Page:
Adi Faribank helped the project to grow by creating a non-corporate information system which made things much easier on the members. The community-based nature of the open source software provided a model for systems development. Adi applied his computer science learning to the project in 2003, and by 2006 it was processing over a quarter million dollars of food orders with a dozen buying clubs. By 2015, that participation jumped to $6.5 million. With the growing use by different groups Adi added back-up servers and program improvements including a user fee to the software.
The software allows families to source locally and then manage their purchases through an alternative food system tailored to each club’s needs. The major differences to the corporate food system is that there is traceability back to every farm or kitchen, the food is fresher, more money stays with the member families, and there is no food waste.
Edith strongly endorses the buying club as of a form of food activism. “I still remember the first bite of a locally sourced walnut and how amazingly good and different it was from a walnut from the grocery store,” noted Edith. Member families do have to adapt to the limited hours and there is a need to move to a business model (not volunteer) so that families who dedicate lots of time can get compensated by the families who have less time to dedicate. Edith and Adi are happy to help any group to that wants to get started. Join the Action Forum to start the conversation!
Do you want to get involved in this movement and participate in future events with us? Join the Equal Exchange Action Forum to become a member of this growing community of activists, advocates and citizen-consumers.
We’re proud to offer fairly traded, organic olive oil grown by small-scale farmers in the West Bank. We believe this olive oil is truly special, both for what it is as a product and for the story behind it. Watch the video below and read on to learn more!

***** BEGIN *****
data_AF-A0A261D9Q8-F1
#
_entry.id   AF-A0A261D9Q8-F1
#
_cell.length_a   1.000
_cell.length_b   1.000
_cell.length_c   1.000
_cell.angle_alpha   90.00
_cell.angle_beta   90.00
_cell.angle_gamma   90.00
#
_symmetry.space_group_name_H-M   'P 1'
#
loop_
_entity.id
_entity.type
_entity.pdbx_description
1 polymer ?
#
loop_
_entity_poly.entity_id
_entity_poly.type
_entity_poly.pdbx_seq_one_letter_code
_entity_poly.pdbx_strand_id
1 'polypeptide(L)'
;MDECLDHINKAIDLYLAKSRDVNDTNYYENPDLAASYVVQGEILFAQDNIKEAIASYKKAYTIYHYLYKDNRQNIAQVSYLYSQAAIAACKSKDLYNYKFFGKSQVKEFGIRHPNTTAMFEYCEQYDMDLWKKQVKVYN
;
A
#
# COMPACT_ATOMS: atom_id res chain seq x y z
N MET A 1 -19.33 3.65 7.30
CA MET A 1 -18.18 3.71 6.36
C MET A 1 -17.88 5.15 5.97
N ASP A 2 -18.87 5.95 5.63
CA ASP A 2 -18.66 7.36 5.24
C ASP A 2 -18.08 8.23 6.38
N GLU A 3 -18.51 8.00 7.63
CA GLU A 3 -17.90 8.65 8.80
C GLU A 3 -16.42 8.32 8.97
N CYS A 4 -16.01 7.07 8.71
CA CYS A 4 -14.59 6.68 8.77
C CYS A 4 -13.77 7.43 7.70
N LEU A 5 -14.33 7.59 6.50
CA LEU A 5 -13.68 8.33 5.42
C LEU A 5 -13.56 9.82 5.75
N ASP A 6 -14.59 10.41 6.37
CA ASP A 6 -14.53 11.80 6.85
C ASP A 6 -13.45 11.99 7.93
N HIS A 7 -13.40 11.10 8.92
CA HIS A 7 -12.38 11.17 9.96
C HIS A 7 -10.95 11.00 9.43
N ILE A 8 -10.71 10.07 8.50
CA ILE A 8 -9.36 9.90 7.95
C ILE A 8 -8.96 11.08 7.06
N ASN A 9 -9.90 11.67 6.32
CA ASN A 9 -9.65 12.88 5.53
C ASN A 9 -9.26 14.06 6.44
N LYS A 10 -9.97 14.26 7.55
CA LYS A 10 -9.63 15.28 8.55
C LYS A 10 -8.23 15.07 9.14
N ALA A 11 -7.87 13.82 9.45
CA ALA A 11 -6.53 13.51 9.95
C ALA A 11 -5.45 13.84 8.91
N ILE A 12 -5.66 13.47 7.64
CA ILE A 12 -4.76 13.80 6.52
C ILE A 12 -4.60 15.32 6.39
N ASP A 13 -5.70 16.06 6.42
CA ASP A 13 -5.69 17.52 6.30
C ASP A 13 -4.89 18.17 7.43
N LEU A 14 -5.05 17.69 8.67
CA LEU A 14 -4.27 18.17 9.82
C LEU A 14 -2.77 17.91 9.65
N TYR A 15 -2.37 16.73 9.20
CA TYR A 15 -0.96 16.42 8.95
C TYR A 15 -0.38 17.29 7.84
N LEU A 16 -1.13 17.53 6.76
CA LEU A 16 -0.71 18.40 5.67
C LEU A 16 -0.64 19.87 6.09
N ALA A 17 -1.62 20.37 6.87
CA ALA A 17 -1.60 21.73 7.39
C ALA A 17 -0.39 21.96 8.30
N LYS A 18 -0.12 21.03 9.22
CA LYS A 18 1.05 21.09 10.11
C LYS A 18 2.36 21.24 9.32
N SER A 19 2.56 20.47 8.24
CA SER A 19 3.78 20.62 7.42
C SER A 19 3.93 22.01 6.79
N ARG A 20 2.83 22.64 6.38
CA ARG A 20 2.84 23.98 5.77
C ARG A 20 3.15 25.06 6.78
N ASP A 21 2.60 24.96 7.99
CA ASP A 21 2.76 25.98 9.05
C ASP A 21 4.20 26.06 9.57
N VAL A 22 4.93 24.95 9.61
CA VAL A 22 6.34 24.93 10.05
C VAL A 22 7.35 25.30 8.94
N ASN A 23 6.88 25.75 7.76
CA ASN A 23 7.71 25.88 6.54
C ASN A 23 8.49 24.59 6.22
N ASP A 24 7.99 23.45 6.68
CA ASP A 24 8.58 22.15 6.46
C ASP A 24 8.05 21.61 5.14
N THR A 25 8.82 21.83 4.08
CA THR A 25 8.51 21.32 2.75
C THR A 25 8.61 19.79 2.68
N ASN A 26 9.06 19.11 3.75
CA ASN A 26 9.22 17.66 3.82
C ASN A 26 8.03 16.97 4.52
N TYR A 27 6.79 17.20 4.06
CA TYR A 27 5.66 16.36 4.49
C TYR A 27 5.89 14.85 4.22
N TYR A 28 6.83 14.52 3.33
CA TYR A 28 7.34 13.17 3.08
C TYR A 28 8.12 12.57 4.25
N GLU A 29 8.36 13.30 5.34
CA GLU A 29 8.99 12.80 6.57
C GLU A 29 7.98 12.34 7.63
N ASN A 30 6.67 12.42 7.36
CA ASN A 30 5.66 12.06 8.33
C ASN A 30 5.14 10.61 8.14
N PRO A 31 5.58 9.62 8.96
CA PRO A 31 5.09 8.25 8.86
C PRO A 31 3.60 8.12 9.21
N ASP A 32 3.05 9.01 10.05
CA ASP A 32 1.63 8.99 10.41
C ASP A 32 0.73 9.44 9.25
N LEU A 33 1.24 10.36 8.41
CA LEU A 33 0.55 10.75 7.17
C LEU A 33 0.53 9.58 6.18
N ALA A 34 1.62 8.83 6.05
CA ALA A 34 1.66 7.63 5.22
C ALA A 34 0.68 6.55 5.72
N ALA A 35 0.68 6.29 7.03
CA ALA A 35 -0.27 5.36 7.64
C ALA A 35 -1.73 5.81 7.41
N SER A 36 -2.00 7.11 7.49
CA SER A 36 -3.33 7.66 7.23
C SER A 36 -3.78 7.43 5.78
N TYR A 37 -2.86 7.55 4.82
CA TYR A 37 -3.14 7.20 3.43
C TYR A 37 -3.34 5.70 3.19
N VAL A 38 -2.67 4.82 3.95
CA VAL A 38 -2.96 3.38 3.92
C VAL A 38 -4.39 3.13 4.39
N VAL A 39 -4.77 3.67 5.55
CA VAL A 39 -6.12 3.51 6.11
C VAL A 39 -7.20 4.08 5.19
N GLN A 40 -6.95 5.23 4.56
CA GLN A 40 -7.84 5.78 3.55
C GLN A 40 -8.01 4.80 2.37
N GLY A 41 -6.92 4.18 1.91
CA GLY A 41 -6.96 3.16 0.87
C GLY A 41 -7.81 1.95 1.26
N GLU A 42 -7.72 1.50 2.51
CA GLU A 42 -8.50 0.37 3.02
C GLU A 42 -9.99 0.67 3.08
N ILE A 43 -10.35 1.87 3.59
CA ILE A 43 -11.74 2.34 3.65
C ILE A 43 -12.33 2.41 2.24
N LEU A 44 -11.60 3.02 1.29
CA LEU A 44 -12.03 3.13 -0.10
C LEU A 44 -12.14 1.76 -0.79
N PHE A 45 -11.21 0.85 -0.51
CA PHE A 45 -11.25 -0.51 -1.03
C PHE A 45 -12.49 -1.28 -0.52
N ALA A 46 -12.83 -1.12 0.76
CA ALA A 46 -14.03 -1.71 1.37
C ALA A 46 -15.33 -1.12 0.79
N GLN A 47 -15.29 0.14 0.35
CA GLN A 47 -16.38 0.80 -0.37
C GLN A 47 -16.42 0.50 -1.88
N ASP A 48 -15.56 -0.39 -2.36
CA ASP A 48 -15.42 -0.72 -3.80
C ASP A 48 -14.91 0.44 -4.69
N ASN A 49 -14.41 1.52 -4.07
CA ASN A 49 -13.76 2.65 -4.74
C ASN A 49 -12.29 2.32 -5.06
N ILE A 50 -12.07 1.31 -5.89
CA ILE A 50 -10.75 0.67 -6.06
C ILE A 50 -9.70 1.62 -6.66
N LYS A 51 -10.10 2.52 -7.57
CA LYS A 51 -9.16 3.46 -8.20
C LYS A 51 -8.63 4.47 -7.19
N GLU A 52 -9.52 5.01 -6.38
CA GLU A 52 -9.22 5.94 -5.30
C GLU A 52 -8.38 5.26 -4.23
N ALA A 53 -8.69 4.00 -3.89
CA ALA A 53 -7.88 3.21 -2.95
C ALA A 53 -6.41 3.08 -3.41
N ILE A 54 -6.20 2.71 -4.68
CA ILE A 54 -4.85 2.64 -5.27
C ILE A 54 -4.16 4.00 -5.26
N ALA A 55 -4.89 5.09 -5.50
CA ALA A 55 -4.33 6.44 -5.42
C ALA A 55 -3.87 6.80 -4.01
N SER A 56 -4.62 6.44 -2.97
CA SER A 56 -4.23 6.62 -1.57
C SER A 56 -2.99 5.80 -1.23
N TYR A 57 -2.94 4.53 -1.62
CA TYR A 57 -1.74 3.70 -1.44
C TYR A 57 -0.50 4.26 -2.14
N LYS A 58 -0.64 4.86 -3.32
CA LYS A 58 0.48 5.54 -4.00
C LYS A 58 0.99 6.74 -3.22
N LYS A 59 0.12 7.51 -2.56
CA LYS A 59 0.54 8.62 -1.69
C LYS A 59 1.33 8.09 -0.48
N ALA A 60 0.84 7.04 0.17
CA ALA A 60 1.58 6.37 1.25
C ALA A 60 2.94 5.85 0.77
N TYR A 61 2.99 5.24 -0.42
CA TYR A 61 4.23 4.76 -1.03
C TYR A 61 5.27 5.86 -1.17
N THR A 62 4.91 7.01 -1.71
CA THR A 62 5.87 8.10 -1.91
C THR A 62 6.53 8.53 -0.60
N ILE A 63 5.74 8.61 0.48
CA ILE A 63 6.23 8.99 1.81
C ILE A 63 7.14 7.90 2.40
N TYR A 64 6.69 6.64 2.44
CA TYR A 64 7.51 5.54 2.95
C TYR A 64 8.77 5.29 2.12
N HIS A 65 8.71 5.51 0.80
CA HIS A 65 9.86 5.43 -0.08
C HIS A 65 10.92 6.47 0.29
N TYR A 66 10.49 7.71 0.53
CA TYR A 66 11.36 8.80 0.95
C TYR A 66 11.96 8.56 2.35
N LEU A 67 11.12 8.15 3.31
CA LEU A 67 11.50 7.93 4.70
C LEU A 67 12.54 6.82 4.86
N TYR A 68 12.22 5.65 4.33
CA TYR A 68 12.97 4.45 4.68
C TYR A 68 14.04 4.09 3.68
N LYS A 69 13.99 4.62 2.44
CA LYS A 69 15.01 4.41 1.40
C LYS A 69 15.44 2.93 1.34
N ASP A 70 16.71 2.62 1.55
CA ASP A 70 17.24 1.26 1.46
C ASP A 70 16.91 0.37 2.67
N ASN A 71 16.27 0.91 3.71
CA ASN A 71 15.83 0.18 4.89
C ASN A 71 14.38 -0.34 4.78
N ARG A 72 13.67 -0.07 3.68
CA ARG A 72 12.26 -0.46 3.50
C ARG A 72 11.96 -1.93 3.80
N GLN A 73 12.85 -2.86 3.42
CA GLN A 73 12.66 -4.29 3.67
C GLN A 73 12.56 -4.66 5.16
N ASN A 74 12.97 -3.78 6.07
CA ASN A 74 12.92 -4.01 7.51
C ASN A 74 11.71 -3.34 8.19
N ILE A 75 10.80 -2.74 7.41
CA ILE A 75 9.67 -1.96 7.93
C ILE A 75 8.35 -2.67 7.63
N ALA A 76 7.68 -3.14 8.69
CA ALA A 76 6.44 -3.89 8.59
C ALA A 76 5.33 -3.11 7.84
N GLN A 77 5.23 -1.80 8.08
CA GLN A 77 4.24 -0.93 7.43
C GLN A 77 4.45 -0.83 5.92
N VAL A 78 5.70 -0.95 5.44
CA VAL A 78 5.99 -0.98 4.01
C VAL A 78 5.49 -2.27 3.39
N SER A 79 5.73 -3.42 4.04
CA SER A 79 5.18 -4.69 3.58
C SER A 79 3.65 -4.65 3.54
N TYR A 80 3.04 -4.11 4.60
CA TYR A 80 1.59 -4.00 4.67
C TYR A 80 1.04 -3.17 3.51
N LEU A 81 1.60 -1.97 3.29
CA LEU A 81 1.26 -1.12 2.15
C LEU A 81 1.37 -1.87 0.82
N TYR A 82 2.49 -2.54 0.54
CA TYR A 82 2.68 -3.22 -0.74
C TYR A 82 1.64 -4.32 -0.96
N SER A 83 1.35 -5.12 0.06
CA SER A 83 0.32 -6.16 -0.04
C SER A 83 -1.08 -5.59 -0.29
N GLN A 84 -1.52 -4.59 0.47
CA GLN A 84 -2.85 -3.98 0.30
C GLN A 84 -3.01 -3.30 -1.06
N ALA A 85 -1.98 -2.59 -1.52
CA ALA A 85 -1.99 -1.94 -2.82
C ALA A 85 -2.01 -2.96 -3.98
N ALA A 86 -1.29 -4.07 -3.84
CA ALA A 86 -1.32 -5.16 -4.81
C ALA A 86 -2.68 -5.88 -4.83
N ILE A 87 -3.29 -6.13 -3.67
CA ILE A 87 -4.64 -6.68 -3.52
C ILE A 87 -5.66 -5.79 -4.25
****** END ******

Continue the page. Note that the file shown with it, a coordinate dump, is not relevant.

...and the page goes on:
In 2007, Jim Harb of Knoxville, Tennessee, was asked to help start Olive Branch, a local non-profit social enterprise to support West Bank Palestinian olive farmers. His co-founder searched the internet and found Tania Maxwell, one of the first U.S. importers of West Bank olive oil. Tania and another woman interested in crafts had traveled by themselves to Ramallah in the West Bank on behalf of Palestinian rights groups, trying to find ways to assist Palestinians to survive economically.
Tania started an olive oil partnership with the Palestinian Agricultural Relief Committee (PARC) which she ran out of the basement of her home in Cambridge, Massachusetts, for over five years. Olive Branch started ordering cases of oil from Tania to supply Episcopal, Methodist, Presbyterian, and other congregations in the southeastern U.S. that wanted to advocate peacefully for the Palestinian people.
When Tania retired in 2012 after five years, she asked Equal Exchange if we wanted to take up where she left off. We did. A few of us traveled to Ramallah and met with PARC leaders, and we were convinced that continuing the partnership was vital work. Jim Harb and the congregations he worked with then became partners with Equal Exchange, ordering thousands more bottles of PARC oil over the past five years. Jim’s story demonstrates how an activist can help make a huge difference, and how groups of individuals working together for social justice through their congregations can provide tangible support to people in need. Jim and congregants from the Southeast U.S. are part of the movement to help Palestinian olive farmers stay on their land, feed their families, and educate their children while working toward a better future.
This year marks the 11th anniversary of Equal Exchange’s Fundraising Program! The program started with Virginia Berman, a co-owner and the Organizing Director at Equal Exchange at the time. One of the roles of the Organizing Department was to find supporters of Equal Exchange and provide them with the resources to spread the word about authentic Fair Trade, and conscious consumerism.